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Monthly Archives: September 2009

Afghanistan

Maybe I have a biased selection, but it seems like every sensible economist, political scientist, development worker, and journalist that I know thinks our current course in Afghanistan can have only one outcome — disaster. Disaster for Americans, for our NATO allies, AND for Afghans.

Why is nobody listening?

Posted in In the news | 12 Comments

Explaining Slavic female tennis comparative advantage mystery

A reader had a provocative explanation, posted as an anonymous comment on the blog post on the Slavic tennis women mystery:

Soviet-bloc eugenics. If you look at the biographies of the Russian tennis players, like Kuznetsova and Petrova, they are the product of the marriage of two Olympic athletes.

Nadia Petrova: Petrova’s father Victor was a leading hammer thrower, while her mother Nadezhda Ilyina won a bronze medal at the 1976 Montreal Olympics in the

Posted in Economics principles | 5 Comments

Links to Make You Think

If a group of lions is a “pride,” a group of development professionals is a ________.

More and more mzungus (whites) fall truly, madly, deeply in love with Africa. (via Scarlett Lion)

Book-burner to be new head of UN education and culture efforts (UNESCO)? We wonder if the UNESCO Sex Ed book that Chris Blattman satirized might be the first to go on the bonfire under new management.

None of…

Posted in In the news | 9 Comments

Africa desperately needs trade links: a pictorial essay

In all the debates about free trade, we can forget sometimes that international trade is not optional for a very small, very poor country. If there are any kinds of returns to scale at all in many sectors, and casual observation and much research suggests there are, then a tiny domestic market will rule out any serious domestic production in many, many sectors (is the Gambia going to be making refrigerators any time soon?) So…

Posted in Big ideas, Economics principles, Maps | 20 Comments

Supermodel vows to stay naked till USAID funds reach starving children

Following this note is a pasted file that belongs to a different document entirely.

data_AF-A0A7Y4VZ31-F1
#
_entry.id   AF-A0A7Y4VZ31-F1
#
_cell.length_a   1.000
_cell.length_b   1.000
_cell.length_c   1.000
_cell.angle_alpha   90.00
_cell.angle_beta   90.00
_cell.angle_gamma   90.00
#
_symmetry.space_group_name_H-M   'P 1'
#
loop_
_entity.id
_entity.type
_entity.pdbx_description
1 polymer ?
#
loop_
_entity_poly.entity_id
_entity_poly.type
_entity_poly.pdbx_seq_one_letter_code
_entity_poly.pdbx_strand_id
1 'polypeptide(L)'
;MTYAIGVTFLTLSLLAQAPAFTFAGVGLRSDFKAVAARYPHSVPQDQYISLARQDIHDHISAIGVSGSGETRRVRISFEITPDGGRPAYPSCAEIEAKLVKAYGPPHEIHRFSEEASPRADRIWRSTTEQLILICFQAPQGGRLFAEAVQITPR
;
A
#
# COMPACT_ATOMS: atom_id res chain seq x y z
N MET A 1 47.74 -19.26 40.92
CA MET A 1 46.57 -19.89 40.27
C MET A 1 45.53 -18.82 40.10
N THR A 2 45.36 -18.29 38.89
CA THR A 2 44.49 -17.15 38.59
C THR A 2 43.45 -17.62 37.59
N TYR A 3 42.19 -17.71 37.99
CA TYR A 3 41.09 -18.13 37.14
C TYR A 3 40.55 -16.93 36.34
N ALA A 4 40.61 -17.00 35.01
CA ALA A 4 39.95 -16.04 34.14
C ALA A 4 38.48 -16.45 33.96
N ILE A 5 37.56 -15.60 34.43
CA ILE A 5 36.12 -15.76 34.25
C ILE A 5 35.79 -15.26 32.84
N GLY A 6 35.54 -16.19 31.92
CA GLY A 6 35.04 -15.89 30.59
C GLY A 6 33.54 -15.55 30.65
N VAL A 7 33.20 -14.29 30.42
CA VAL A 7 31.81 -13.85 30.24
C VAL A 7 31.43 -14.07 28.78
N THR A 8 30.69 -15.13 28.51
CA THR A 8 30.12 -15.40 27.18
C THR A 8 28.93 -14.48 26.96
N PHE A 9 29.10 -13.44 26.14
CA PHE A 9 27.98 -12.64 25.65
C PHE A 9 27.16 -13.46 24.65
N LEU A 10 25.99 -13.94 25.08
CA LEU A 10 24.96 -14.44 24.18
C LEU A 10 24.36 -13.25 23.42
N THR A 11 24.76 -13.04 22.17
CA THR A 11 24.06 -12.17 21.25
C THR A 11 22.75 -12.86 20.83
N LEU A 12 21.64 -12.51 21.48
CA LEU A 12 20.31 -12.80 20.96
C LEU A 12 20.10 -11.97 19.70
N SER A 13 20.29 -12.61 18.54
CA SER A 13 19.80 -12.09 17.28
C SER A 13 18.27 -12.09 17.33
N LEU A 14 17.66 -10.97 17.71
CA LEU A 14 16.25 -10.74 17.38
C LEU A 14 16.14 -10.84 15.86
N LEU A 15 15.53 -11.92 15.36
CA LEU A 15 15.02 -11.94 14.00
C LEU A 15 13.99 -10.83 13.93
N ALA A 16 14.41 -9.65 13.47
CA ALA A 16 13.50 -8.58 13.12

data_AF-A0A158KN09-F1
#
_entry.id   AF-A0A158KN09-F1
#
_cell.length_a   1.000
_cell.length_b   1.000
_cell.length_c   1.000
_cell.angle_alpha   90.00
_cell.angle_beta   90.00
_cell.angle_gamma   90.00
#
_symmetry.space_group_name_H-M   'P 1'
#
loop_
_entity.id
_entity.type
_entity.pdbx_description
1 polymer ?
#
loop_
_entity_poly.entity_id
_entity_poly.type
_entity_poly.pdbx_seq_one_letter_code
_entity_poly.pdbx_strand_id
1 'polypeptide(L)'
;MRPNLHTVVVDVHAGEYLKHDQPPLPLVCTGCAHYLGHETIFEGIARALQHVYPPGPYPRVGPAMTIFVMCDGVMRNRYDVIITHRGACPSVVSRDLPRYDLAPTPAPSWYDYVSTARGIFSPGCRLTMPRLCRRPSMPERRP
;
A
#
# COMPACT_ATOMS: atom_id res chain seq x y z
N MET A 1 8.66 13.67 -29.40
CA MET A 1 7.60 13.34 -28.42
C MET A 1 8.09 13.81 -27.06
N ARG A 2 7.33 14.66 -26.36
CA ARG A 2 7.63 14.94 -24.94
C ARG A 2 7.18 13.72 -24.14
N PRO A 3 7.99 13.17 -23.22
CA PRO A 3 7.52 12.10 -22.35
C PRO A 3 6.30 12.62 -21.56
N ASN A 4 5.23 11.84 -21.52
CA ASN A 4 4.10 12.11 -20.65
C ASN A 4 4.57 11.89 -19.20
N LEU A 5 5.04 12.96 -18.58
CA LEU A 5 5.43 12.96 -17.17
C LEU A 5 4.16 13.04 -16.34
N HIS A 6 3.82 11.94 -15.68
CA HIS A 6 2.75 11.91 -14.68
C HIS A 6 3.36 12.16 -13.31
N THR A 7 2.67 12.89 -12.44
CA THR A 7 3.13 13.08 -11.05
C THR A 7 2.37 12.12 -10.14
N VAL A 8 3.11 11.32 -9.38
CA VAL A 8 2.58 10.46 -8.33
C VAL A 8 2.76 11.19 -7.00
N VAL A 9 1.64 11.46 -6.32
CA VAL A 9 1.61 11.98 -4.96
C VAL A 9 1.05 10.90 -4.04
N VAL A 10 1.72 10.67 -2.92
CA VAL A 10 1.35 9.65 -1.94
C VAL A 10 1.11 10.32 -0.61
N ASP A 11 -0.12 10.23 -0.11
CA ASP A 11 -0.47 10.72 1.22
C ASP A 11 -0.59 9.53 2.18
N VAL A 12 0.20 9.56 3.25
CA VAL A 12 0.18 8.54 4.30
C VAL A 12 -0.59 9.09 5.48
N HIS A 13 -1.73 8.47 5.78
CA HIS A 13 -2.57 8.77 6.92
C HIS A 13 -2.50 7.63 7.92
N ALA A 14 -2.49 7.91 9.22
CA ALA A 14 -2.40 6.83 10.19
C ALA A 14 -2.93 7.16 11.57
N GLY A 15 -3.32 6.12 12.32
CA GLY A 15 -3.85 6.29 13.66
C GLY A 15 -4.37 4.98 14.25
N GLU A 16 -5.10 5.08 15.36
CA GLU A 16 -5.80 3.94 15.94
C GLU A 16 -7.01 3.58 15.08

Supermodel Miranda Kerr posed nude on the cover of Rolling Stone, announcing she would not put her clothes back on until USAID funds reached starving children affected by the drought in East Africa. She criticized USAID for tying aid to purchases from American farmers and shipping companies, leading to delays of many months in food reaching famine victims, causing thousands of premature deaths.

Oh, we can only dream. Sorry, this post is fake.…

Posted in Badvocacy and celebs | 12 Comments

Harvard President’s proposed fix for The University: more Bad Economics?

Drew Gilpin Faust writes on “The University’s Crisis of Purpose” in the current NYT book review. Most of the essay is superb, about not just justifying college education by its vocational payoff, but also the study of truth & beauty for their own sakes.

I liked also this: “Universities are meant to be producers not just of knowledge but also of (often inconvenient) doubt…to serve…as society’s critic and conscience.” (wow, thanks for justifying my own…

Posted in Economics principles | 7 Comments

Slavic Tennis Women and Aid Agency Specializations

A recent post talked about the advantages of specialization in general, and for aid agencies in particular. But what should you specialize in? Obviously, in your “comparative advantage,” which is economists’ laborious jargon for “what you’re good at.” But where does comparative advantage come from and how do you find your own?

These thoughts were prompted by watching US Open tennis on TV, where anyone who can read their –ova’s and –ieva’s is struck…

Posted in Economics principles | Tagged , , | 17 Comments

Good news: Aid agencies are beginning to catch the dumb-as-rocks projects

The NYT recently ran an article chronicling the failure of the now-abandoned Women’s World Market, a 2007 donor-funded mall on the outskirts of Kabul. The project was set up with money from GTZ, the German bilateral aid agency, the small business arm of USAID, and the private savings of an Afghan entrepreneur.

Posted in Aid policies and approaches, Economics principles | 3 Comments

Our Critics Are Starting a Bill Easterly Watch

We received a request by Bryan Turner to submit a post on Aid Watch critical of this blog’s approach. Since we are in favor of debate, we accepted his proposal and here is the blog post he submitted yesterday–Eds.

by Bryan Turner, founder and coordinator of Students To End Extreme Poverty and Youth Engagement Coordinator of Make Poverty History Canada

I actually agree with much of what Professor Easterly writes and he does some great…

Posted in Aid debates, Meta | 20 Comments

Beyonce’s Secret for Greater Aid Effectiveness

One of the oldest ideas in economics is gains from specialization. Adam Smith talked about it 233 years ago. All of us are good at a small number of things and suck at most everything else. The economy as a whole produces more because we each specialize in what we do best and then trade with everyone else.

beyonce-performing-3.pngWe see Beyoncé specializing in music videos, which she trades to Bill Gates for his specialized production…

Posted in Big ideas, Economics principles | 18 Comments